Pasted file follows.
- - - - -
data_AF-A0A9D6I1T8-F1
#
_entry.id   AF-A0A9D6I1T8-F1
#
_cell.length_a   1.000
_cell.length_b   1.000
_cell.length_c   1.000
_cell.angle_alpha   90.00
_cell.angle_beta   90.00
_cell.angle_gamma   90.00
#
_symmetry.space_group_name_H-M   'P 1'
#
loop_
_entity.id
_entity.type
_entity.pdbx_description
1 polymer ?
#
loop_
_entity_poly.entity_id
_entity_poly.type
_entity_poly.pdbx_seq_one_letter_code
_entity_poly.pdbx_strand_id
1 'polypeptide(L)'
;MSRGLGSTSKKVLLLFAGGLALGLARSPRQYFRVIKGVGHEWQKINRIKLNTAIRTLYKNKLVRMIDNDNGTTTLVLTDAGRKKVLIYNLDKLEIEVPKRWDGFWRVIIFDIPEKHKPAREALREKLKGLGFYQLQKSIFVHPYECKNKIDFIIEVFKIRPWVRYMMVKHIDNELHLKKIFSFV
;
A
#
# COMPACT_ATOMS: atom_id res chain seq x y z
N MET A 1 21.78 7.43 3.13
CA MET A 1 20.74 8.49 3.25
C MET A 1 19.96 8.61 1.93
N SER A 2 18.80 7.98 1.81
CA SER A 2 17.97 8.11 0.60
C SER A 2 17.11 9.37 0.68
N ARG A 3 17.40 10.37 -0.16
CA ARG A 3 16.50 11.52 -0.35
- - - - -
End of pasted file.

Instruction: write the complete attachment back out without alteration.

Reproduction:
data_AF-A0A9D6I1T8-F1
#
_entry.id   AF-A0A9D6I1T8-F1
#
_cell.length_a   1.000
_cell.length_b   1.000
_cell.length_c   1.000
_cell.angle_alpha   90.00
_cell.angle_beta   90.00
_cell.angle_gamma   90.00
#
_symmetry.space_group_name_H-M   'P 1'
#
loop_
_entity.id
_entity.type
_entity.pdbx_description
1 polymer ?
#
loop_
_entity_poly.entity_id
_entity_poly.type
_entity_poly.pdbx_seq_one_letter_code
_entity_poly.pdbx_strand_id
1 'polypeptide(L)'
;MSRGLGSTSKKVLLLFAGGLALGLARSPRQYFRVIKGVGHEWQKINRIKLNTAIRTLYKNKLVRMIDNDNGTTTLVLTDAGRKKVLIYNLDKLEIEVPKRWDGFWRVIIFDIPEKHKPAREALREKLKGLGFYQLQKSIFVHPYECKNKIDFIIEVFKIRPWVRYMMVKHIDNELHLKKIFSFV
;
A
#
# COMPACT_ATOMS: atom_id res chain seq x y z
N MET A 1 21.78 7.43 3.13
CA MET A 1 20.74 8.49 3.25
C MET A 1 19.96 8.61 1.93
N SER A 2 18.80 7.98 1.81
CA SER A 2 17.97 8.11 0.60
C SER A 2 17.11 9.37 0.68
N ARG A 3 17.40 10.37 -0.16
CA ARG A 3 16.50 11.52 -0.35